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Discussion in 'Gadgets & Tech Talk' started by Ken Anderson, Jul 8, 2015.
Here is a live map that tracks cyber attacks. I think you will find it interesting.
Pardon me for my ignorance. But what exactly is a cyber attack? With that map in the link, I am getting an impression of those futuristic war movies where the radar showed the missiles. Anyway, back to reality, are those cyber attacks hacking attempts? It really looks like a war game to me. Interesting though but I need more explanation.
It appears that most of the attacks that are coming into the United States are going to St. Louis, MO. There are a lot more going there than are going to Washington DC area or New York City.
Does anyone have any idea why St. Louis would be such an active target ?
Most of the attacks are coming from China, and there are only a very few of them coming from Russia; so that should show us something.
That would be the current target. Since these are not, for the most part, kids playing around with their computer anymore, but concerted, organized efforts, probably state sponsored, they choose a specific target. While there are side attacks going on at the same time, most are targeted at one place. To bring it into something that might be relatable, if this web site were hosted on the same network as the target of these attacks, it would be having problems.
A lot of the Russian attacks are directed at China, too.
There are all sorts of different attacks going on, most of which I don't understand. But yes, they are both hacking attempts as well as DOS attempts. The intention may be simply to disrupt significant U.S. Internet networks, or it might be to distract in order to bring about a hacking attempt against another target, since it's more difficult to guard against hacking attempts when you can barely connect to your own network.
Here's an article that explains in part what may be going on. Also, the Federal Reserve bank in St. Louis was breached in April through a cyberattack. I don't know if that's the target again but St. Louis' connections would affect a large part of the country.
This is becoming a frightening thing. Yesterday there was a shut down of the computer network at one international airport along with a computer issue at the New York Stock Exchange. We were told on the news that these two incidents had nothing to do with each other. So, I am suppose to believe that this coincidentally happened on the same day. It had me thinking what if someone is hacking into our networks and figuring out a way to shut things down. What if this was just a test to see if it would work in two separat locations. Yes, I may seem like an alamist but I can't help but I can't help it with the amount of hackings going on and now these computer shut downs.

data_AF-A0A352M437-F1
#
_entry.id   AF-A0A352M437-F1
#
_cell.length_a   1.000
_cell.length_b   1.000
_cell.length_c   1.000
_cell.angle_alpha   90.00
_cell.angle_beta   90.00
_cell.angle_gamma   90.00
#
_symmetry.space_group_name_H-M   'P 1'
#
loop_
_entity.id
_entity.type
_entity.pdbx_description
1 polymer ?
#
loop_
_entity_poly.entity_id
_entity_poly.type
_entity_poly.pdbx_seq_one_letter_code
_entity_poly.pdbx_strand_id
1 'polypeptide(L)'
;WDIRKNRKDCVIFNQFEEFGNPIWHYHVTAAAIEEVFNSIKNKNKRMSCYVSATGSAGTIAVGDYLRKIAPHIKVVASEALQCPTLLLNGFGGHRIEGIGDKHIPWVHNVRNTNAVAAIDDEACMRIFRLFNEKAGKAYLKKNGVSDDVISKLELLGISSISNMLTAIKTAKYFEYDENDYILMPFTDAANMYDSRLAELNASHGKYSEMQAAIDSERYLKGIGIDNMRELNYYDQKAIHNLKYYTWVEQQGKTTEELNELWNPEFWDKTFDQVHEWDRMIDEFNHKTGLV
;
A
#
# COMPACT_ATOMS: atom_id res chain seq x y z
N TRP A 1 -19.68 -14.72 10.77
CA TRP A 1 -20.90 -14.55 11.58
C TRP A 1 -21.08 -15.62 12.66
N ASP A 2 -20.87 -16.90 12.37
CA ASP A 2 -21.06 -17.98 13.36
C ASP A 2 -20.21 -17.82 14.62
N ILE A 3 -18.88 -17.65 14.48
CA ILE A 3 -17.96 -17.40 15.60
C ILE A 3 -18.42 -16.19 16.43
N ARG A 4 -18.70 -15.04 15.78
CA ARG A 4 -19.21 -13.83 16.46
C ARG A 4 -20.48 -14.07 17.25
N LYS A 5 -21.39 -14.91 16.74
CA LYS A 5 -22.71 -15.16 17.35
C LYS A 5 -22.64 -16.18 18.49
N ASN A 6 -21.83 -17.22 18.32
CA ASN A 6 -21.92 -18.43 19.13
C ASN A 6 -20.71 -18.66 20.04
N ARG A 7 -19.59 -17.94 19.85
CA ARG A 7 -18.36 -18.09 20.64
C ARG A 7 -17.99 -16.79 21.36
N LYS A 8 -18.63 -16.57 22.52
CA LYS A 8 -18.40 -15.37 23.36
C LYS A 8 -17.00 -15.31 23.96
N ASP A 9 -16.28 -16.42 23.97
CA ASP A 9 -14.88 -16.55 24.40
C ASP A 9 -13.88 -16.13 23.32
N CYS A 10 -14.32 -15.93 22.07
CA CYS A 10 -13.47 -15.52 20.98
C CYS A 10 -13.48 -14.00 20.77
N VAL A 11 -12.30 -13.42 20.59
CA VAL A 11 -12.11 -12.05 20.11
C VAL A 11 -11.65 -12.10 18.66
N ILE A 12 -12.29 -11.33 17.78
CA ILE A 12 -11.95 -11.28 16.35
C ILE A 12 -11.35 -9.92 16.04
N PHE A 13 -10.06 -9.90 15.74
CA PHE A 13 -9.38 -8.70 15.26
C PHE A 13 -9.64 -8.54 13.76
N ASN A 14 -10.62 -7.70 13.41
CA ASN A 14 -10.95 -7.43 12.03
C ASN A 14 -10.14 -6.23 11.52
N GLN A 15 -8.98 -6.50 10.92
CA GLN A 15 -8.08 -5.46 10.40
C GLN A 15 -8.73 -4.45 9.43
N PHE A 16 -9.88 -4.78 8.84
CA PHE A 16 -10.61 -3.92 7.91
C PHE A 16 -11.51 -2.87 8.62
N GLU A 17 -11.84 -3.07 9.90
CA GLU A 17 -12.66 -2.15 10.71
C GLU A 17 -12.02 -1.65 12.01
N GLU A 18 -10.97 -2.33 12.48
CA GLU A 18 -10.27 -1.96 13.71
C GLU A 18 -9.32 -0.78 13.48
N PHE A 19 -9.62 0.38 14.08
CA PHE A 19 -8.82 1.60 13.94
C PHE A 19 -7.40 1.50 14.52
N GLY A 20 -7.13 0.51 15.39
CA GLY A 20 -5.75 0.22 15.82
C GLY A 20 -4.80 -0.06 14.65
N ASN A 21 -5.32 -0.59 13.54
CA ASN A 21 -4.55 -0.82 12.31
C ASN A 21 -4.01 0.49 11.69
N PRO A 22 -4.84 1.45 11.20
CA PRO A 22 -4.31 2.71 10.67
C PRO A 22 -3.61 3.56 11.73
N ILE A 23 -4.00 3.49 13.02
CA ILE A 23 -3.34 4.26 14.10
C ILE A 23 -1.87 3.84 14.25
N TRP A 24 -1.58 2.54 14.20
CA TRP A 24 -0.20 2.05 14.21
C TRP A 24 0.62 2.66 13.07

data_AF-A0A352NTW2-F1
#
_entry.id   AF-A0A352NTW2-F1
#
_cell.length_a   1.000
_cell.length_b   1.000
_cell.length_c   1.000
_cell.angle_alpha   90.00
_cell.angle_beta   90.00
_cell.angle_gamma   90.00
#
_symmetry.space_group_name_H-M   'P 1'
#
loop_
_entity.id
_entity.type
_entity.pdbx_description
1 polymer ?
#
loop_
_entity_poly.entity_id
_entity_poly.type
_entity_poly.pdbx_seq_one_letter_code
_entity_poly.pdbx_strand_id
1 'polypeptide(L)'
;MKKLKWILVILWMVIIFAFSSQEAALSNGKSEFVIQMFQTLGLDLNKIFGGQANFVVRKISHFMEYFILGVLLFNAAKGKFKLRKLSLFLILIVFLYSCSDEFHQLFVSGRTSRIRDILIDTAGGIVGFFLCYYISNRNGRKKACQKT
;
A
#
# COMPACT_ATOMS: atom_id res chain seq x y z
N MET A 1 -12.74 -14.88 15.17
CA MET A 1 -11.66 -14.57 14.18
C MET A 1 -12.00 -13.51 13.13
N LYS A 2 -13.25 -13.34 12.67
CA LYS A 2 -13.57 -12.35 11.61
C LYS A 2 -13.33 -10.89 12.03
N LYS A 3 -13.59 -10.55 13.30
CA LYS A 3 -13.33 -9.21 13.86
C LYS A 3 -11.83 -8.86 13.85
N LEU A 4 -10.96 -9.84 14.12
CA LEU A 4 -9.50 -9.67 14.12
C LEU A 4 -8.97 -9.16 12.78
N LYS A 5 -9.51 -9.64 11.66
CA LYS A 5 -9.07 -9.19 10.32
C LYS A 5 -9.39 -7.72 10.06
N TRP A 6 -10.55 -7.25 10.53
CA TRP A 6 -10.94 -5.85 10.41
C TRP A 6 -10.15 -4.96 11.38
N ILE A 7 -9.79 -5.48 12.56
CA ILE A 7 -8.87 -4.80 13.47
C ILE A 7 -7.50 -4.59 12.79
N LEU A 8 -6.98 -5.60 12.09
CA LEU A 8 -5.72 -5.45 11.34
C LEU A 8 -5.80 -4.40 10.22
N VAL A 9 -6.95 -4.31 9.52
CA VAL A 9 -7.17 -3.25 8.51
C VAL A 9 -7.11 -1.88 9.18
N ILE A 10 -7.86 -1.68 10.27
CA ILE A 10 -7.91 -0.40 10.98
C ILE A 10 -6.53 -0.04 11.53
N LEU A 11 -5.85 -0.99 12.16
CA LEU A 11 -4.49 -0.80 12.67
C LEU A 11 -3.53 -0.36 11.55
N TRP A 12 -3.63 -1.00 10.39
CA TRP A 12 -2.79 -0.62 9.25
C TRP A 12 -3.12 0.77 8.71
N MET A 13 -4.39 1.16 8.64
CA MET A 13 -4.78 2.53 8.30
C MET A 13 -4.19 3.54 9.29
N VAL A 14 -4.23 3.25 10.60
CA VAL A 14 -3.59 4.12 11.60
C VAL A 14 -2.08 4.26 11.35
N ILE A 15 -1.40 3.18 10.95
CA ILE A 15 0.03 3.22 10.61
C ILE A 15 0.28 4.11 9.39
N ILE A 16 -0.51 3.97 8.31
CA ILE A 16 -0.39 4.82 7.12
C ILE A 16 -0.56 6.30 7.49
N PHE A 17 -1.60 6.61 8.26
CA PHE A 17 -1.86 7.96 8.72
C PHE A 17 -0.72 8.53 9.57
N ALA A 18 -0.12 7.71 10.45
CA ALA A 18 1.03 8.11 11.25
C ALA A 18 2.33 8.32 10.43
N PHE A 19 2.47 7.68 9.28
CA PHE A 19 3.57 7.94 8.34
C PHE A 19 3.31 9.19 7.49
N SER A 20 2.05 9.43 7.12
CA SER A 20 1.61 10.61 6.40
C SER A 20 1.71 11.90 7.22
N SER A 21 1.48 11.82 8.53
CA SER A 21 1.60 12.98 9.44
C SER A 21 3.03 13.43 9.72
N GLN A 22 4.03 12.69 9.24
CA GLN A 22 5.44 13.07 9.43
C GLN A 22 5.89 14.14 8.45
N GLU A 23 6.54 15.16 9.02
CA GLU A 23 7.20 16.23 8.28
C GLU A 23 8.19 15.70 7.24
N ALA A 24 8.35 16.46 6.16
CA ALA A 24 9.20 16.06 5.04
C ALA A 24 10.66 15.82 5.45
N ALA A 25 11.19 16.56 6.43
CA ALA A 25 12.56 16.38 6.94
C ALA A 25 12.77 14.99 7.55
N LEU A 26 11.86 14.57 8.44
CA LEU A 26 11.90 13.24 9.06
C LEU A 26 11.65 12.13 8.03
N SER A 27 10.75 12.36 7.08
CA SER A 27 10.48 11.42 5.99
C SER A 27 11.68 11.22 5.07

I just found another reason that St. Louis would be being hit with the attacks so much. It turns out that a main office of the NYSE is right there, too.
It's clear what's happening then, and that we're being lied to again.
Hah, I remember seeing this site about a year ago! I found it interesting that there are so many going on in Asia, especially near China. Is the hacking scene so big in China?
State-sponsored as in what? I really can't figure out what that would mean. Sponsored by whom? The United States, in order to get China's secrets out in the light? Or other countries? I'm confused. :/
No, state sponsored, as in China's government attacking us, and apparently, Russia, although I tend not to trust that Russia and China aren't on some level, at least, cooperating in attacks against us.
Typical that we'd be lied to. Perhaps the news and government is hoping that in lying to us, they are creating a lie that the attackers will believe, although neither the attackers, nor most of the thinking public, would believe them at this point.
@Yvonne Smith @Ken Anderson I'm so glad you're on our side, because you sure are tech savvy, and willing to share your knowledge.
State sponsored, as in being done by the Chinese government. Given the large number of Chinese sites that are generating these attacks, and the coordination involved, that makes sense. Oddly enough, although there are some Russian sites generating attacks against the United States, the most active Russian site attacks China or the site off the coast of Africa, identified only as milgov, which I would assume stands for military government, but I don't know whose. U.S. attack are almost never against China, although most of China's attacks are against the United States. There is a site in South Korea that lodges attacks against China, which could be connected to the United States, since we've had bases there forever. Keep in mind, also, that we could be lodging attacks from foreign sites.